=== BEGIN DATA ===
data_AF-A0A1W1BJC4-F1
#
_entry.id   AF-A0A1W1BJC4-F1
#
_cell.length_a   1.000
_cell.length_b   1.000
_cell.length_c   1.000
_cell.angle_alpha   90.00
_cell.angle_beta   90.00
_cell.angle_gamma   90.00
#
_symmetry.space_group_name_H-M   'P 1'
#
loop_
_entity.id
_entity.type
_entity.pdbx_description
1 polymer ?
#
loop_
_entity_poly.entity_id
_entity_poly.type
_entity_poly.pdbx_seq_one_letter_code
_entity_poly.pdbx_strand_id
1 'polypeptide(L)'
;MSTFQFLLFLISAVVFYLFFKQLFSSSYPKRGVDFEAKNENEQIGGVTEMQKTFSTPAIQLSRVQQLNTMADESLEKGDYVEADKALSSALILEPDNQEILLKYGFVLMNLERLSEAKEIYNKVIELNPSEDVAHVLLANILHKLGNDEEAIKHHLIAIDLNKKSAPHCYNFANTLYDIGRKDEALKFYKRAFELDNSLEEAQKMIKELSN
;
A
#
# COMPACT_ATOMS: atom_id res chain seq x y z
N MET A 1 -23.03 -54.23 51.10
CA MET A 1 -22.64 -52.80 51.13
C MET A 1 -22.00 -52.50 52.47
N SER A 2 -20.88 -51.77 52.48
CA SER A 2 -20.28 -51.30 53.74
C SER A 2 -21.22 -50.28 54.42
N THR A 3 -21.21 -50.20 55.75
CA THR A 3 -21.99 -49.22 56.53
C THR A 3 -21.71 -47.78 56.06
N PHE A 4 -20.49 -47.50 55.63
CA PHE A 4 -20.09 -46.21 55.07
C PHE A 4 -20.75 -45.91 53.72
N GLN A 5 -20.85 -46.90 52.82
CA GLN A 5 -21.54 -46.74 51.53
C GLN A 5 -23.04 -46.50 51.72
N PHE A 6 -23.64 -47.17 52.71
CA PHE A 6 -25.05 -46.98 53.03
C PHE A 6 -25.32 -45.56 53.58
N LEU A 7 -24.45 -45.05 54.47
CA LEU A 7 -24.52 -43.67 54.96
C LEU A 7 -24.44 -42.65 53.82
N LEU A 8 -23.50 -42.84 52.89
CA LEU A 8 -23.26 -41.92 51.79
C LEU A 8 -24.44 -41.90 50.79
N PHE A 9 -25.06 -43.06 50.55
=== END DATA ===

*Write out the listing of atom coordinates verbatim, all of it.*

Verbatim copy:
data_AF-A0A1W1BJC4-F1
#
_entry.id   AF-A0A1W1BJC4-F1
#
_cell.length_a   1.000
_cell.length_b   1.000
_cell.length_c   1.000
_cell.angle_alpha   90.00
_cell.angle_beta   90.00
_cell.angle_gamma   90.00
#
_symmetry.space_group_name_H-M   'P 1'
#
loop_
_entity.id
_entity.type
_entity.pdbx_description
1 polymer ?
#
loop_
_entity_poly.entity_id
_entity_poly.type
_entity_poly.pdbx_seq_one_letter_code
_entity_poly.pdbx_strand_id
1 'polypeptide(L)'
;MSTFQFLLFLISAVVFYLFFKQLFSSSYPKRGVDFEAKNENEQIGGVTEMQKTFSTPAIQLSRVQQLNTMADESLEKGDYVEADKALSSALILEPDNQEILLKYGFVLMNLERLSEAKEIYNKVIELNPSEDVAHVLLANILHKLGNDEEAIKHHLIAIDLNKKSAPHCYNFANTLYDIGRKDEALKFYKRAFELDNSLEEAQKMIKELSN
;
A
#
# COMPACT_ATOMS: atom_id res chain seq x y z
N MET A 1 -23.03 -54.23 51.10
CA MET A 1 -22.64 -52.80 51.13
C MET A 1 -22.00 -52.50 52.47
N SER A 2 -20.88 -51.77 52.48
CA SER A 2 -20.28 -51.30 53.74
C SER A 2 -21.22 -50.28 54.42
N THR A 3 -21.21 -50.20 55.75
CA THR A 3 -21.99 -49.22 56.53
C THR A 3 -21.71 -47.78 56.06
N PHE A 4 -20.49 -47.50 55.63
CA PHE A 4 -20.09 -46.21 55.07
C PHE A 4 -20.75 -45.91 53.72
N GLN A 5 -20.85 -46.90 52.82
CA GLN A 5 -21.54 -46.74 51.53
C GLN A 5 -23.04 -46.50 51.72
N PHE A 6 -23.64 -47.17 52.71
CA PHE A 6 -25.05 -46.98 53.03
C PHE A 6 -25.32 -45.56 53.58
N LEU A 7 -24.45 -45.05 54.47
CA LEU A 7 -24.52 -43.67 54.96
C LEU A 7 -24.44 -42.65 53.82
N LEU A 8 -23.50 -42.84 52.89
CA LEU A 8 -23.26 -41.92 51.79
C LEU A 8 -24.44 -41.90 50.79
N PHE A 9 -25.06 -43.06 50.55